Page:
Crustal structure in the Falcón Basin area, northwestern Venezuela, from seismic and gravimetric evidence

Maximiliano J. Bezada, Michael Schmitz, María Inés Jácome, Josmat Rodríguez, Franck Audemard, Carlos Izarra

Research output: Contribution to journalArticle

20 Scopus citations

Abstract

The Falcón Basin in northwestern Venezuela has a complex geological history driven by the interactions between the South American and Caribbean plates. Igneous intrusive bodies that outcrop along the axis of the basin have been associated with crustal thinning, and gravity modeling has shown evidence for a significantly thinned crust beneath the basin. In this study, crustal scale seismic refraction/wide-angle reflection data derived from onshore/offshore active seismic experiments are interpreted and forward-modeled to generate a P-wave velocity model for a ∼450 km long profile. The final model shows thinning of the crust beneath the Falcón Basin where depth to Moho decreases to 27 km from a value of 40 km about 100 km to the south. A deeper reflected phase on the offshore section is interpreted to be derived from the downgoing Caribbean slab. Velocity values were converted to density and the resulting gravimetric response was shown to be consistent with the regional gravity anomaly. The crustal thinning proposed here supports a rift origin for the Falcón Basin.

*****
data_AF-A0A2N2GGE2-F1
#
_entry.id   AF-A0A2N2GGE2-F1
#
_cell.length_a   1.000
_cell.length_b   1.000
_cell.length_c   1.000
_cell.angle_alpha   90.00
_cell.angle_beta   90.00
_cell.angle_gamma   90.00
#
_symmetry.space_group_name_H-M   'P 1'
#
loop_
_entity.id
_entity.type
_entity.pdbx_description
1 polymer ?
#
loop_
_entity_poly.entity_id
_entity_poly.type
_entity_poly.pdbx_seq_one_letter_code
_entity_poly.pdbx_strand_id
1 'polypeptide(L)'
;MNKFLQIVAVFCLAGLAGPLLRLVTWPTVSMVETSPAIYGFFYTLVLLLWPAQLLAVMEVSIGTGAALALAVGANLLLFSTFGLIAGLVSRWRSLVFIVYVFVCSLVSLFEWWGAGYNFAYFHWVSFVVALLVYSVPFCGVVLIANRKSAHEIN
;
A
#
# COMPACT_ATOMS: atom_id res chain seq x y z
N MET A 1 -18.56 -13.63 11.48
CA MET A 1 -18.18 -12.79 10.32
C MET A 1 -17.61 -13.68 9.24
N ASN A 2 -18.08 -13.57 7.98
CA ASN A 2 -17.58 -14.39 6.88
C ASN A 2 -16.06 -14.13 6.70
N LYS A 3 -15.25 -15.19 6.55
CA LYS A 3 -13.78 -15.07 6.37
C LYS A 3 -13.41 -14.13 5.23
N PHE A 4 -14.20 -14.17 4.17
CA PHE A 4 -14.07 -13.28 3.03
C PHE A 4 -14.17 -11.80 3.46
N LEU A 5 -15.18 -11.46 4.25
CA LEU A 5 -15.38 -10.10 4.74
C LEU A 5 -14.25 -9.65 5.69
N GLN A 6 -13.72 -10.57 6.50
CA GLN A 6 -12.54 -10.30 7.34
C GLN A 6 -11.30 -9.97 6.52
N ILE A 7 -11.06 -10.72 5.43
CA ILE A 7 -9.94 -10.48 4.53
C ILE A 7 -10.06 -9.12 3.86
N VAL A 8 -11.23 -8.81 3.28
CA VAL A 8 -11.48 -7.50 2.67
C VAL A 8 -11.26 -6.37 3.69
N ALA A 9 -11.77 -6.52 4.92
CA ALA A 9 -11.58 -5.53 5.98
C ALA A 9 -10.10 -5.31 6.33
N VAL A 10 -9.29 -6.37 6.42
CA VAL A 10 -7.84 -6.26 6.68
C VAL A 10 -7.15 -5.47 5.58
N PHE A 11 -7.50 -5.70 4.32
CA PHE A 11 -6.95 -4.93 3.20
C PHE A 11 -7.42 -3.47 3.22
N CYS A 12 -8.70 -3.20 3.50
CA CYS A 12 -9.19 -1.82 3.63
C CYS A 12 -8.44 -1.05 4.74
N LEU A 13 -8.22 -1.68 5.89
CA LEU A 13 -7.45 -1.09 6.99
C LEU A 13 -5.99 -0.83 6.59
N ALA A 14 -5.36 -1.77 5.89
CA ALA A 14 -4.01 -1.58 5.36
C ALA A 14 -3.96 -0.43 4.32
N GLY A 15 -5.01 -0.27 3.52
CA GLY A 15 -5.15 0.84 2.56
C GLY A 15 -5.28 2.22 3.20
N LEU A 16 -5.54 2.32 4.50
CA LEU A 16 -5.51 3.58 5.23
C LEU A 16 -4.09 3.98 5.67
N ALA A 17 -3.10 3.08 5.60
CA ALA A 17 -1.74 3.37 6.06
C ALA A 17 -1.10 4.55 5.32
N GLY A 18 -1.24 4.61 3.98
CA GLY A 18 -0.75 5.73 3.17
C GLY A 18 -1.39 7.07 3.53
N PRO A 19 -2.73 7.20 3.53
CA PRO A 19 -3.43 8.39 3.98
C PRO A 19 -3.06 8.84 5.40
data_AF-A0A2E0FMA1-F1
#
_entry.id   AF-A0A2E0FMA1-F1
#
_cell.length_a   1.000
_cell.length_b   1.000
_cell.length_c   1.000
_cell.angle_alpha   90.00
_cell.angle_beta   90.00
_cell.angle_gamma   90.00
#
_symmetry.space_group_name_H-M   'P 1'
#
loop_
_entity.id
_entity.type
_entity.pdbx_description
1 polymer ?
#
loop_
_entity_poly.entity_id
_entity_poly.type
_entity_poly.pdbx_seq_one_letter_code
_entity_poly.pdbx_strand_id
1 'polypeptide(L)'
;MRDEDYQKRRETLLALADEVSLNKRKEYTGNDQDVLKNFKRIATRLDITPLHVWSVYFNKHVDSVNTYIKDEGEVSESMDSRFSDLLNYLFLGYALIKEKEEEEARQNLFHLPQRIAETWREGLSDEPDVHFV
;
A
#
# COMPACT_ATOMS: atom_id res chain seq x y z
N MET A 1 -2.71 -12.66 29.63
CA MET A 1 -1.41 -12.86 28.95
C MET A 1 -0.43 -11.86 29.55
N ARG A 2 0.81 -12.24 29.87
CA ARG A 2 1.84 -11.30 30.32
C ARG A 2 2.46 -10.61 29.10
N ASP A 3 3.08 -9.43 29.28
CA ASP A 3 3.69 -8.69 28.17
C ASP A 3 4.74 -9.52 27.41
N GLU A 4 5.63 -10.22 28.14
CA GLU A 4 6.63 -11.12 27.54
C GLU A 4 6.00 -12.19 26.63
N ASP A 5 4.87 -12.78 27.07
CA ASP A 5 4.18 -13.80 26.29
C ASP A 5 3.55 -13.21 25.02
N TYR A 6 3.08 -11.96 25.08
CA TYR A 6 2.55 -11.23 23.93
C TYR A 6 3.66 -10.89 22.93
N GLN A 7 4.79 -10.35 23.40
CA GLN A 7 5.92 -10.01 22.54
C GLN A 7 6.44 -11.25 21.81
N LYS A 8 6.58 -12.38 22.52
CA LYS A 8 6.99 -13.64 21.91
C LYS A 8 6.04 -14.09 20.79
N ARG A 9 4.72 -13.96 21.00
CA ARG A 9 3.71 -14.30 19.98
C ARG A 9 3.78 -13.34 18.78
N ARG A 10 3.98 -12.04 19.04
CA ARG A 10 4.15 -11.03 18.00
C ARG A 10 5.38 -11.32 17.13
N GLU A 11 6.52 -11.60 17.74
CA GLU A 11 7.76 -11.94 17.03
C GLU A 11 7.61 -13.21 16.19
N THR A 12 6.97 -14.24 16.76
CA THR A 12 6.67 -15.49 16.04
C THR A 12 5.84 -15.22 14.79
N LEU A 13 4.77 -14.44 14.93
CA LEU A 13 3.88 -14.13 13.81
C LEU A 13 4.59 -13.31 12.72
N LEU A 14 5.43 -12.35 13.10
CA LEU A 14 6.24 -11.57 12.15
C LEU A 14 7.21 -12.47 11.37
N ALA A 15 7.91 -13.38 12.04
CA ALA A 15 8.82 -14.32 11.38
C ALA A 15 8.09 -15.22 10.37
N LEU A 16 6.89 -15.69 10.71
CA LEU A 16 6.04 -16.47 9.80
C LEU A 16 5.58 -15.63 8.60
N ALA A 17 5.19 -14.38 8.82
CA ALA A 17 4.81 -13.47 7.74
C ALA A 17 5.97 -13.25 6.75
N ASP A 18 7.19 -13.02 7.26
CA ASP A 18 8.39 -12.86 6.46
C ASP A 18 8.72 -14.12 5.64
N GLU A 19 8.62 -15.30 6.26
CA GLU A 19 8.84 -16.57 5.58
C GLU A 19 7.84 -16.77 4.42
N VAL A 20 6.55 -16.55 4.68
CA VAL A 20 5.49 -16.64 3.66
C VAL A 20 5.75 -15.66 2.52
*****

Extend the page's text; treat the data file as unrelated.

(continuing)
Original languageEnglish (US)
Pages (from-to)191-200
Number of pages10
JournalJournal of Geodynamics
Volume45
Issue number4-5
DOIs
StatePublished - May 1 2008

Keywords

  • Caribbean
  • Crustal structure
  • Falcón basin
  • Venezuela

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